Corporate indemnification and insurance policies designed to protect Directors and Officers (D&Os) are complex technical documents. These “risk management” tools are not well understood and too often only considered when problems arise. Legislation concerning corporate governance and disclosure with a dramatic increase in litigation, is causing more boards to ask questions about the scope of protection afforded under the corporate indemnity and insurance policies that are designed to protect them.
Before you purchase a D&O insurance policy, here are some questions and considerations you should take into account:
Who is the insurance company?
The knowledge, experience, integrity and financial capacity of the insurer are of paramount importance.
It is easy for an insurance company to write business when everything is going well for the client. However, the insurer will be needed most when things are going wrong, you may be experiencing difficulties with your business or you are involved in litigation or potential litigation.
In these challenging times you will appreciate the comfort of dealing with a knowledgeable and competent insurer should a claim occur. Issues can arise with renewal of coverage and acceptance of notice of claim. While not always avoidable, it is wise to deal with insurers that have sound underwriting and claims personnel with experience in writing the business and exposures presented by your company.
How are defense costs covered?
Most policies do not impose a duty to defend on the insurer. Where the insured has the duty to defend the policy will spell out clear guidelines as to how the insured must conduct the defense.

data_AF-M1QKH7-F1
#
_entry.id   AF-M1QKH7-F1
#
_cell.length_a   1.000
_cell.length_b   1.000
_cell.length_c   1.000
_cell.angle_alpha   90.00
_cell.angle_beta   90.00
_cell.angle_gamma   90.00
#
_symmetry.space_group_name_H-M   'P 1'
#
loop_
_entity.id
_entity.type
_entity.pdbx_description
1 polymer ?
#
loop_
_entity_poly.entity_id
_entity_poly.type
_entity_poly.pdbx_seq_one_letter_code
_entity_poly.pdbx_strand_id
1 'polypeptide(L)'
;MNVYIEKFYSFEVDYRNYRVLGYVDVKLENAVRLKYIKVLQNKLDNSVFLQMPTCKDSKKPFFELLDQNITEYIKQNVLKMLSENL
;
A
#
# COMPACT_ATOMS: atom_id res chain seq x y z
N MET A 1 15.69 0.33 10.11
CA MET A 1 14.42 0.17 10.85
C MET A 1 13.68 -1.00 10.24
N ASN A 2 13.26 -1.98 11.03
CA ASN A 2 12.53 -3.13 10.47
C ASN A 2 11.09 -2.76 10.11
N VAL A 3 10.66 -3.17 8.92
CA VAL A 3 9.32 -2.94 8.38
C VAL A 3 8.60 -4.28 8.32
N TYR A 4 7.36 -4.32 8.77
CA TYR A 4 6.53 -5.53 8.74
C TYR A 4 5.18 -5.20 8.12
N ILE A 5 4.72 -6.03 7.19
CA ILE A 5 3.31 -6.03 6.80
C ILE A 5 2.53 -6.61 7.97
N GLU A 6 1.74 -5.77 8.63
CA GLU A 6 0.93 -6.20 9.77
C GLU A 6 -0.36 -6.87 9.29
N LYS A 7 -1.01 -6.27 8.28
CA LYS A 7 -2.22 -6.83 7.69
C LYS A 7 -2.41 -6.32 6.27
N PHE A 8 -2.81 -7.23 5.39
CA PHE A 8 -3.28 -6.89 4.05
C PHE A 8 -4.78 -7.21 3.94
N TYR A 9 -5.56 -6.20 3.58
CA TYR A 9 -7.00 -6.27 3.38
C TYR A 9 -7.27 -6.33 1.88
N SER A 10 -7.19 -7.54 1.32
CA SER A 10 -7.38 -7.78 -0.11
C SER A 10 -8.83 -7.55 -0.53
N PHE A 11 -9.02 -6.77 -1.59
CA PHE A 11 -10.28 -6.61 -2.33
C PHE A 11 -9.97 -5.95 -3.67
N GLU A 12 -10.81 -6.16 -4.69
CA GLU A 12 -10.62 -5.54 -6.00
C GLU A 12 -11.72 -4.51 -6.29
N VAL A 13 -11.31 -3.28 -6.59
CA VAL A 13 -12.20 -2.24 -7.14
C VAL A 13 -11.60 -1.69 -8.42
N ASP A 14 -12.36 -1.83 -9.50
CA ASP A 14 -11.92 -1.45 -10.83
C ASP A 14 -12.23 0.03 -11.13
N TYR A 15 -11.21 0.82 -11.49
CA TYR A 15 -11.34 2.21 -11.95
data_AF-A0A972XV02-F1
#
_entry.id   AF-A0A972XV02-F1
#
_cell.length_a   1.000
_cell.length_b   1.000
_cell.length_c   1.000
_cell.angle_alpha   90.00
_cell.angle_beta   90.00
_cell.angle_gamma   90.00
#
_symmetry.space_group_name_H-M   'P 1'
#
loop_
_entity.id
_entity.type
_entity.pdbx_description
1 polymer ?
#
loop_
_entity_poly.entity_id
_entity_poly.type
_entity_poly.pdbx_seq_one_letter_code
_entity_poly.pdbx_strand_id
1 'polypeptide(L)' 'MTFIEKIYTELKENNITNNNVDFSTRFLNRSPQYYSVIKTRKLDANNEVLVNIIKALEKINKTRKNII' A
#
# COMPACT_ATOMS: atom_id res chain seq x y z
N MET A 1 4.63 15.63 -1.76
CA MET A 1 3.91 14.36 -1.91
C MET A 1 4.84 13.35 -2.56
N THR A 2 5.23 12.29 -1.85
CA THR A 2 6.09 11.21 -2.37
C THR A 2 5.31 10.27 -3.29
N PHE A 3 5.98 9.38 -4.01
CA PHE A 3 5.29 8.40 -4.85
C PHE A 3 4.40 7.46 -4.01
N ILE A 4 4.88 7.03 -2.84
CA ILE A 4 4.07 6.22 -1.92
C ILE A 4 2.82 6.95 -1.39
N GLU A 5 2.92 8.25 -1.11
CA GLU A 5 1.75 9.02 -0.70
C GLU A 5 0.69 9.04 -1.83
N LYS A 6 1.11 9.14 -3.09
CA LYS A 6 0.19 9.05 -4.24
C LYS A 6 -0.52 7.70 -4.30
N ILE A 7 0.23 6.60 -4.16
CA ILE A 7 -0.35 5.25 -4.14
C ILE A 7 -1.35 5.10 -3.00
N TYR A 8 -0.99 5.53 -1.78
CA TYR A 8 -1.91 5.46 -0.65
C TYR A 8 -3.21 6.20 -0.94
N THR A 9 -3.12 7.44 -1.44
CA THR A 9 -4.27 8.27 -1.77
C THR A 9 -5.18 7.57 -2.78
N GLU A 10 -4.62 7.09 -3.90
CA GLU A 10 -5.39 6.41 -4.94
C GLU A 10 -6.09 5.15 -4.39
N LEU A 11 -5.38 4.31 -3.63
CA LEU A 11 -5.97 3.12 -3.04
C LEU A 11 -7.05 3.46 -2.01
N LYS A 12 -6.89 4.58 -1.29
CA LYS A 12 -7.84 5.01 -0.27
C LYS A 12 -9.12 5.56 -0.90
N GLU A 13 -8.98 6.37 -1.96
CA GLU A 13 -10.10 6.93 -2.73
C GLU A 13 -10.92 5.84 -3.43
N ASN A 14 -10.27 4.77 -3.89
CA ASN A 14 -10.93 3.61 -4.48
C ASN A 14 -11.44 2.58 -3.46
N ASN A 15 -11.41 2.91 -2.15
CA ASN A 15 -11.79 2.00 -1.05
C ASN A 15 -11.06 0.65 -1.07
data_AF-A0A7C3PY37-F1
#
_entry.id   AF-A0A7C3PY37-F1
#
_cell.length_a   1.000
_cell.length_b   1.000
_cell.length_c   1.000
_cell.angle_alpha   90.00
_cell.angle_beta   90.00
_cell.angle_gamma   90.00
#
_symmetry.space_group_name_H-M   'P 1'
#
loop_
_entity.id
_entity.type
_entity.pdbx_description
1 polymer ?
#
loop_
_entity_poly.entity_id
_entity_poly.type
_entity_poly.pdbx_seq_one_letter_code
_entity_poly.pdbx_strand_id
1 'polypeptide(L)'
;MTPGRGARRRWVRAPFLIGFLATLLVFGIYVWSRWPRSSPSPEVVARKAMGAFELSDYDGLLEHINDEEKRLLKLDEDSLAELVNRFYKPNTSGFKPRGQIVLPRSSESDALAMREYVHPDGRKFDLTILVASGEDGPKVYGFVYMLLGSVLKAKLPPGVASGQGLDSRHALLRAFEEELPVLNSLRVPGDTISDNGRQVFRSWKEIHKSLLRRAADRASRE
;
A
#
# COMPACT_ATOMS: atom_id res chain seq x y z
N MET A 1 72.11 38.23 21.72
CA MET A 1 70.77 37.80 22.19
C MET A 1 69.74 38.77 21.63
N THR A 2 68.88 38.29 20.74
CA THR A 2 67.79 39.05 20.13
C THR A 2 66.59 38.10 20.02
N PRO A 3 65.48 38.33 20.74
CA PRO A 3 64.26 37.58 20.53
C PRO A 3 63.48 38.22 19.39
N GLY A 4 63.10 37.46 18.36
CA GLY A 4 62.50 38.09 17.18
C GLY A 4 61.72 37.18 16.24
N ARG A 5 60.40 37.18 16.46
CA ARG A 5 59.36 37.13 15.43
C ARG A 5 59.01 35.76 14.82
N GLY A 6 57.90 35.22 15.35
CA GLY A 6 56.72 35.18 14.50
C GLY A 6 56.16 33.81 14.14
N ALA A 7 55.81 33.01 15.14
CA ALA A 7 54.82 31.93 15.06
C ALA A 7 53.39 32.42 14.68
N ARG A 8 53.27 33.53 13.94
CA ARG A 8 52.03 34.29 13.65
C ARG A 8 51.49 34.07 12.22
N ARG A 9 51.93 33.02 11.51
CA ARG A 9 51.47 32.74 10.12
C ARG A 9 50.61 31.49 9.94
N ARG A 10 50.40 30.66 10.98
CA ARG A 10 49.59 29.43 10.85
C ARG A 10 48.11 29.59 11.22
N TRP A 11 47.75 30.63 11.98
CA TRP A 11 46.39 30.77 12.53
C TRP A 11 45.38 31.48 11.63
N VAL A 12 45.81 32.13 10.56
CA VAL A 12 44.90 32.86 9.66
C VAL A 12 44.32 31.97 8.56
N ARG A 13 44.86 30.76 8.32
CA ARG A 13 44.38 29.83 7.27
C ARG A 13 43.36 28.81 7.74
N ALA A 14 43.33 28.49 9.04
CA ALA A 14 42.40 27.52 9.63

In most cases the insured is required to allow the insurer to associate in the defense of a claim and approve the selection of counsel. The policy should also clearly state how the insured will be reimbursed for defense costs as well as settlement amounts.
What are the exclusions in the policy?
Exclusions such as Conduct Exclusions deal with fraud and disgorgement of profits or remuneration or financial advantage to which the insured is not legally entitled.An important aspect to these exclusions is when coverage for defense of allegations ends.
Some policies refer to a “finding in fact”, language that is considered to be limiting and may cut short the continuation of defense costs for an innocent director who may subsequently be exonerated. A far broader approach is “final adjudication” where coverage continues until there is final settlement in the courts which means defense costs will continue through the entire settlement process.
What policy terms have specific definitions?
There can be considerable difference in the scope of Definition of Claim between various policies, as many insurers have substantially broadened the definition.
As well, some policies include employees only with respect to an employment practices liability (EPL) claim; if named as a codefendant with another insured person or if the employee acts for the corporation as a qualified person under NI43-101. Some policies also clearly state that in-house legal counsel and risk managers are added as covered persons.
Find out more:
This list is also not exhaustive and there are a variety of other insurance coverages that Directors and Officers of mining companies need in order to address all the risks they face and prevent losses.
Download our free guidebook “Directors' and Officers' Liability Insurance Guide” here to find out how you can protect your company’s assets: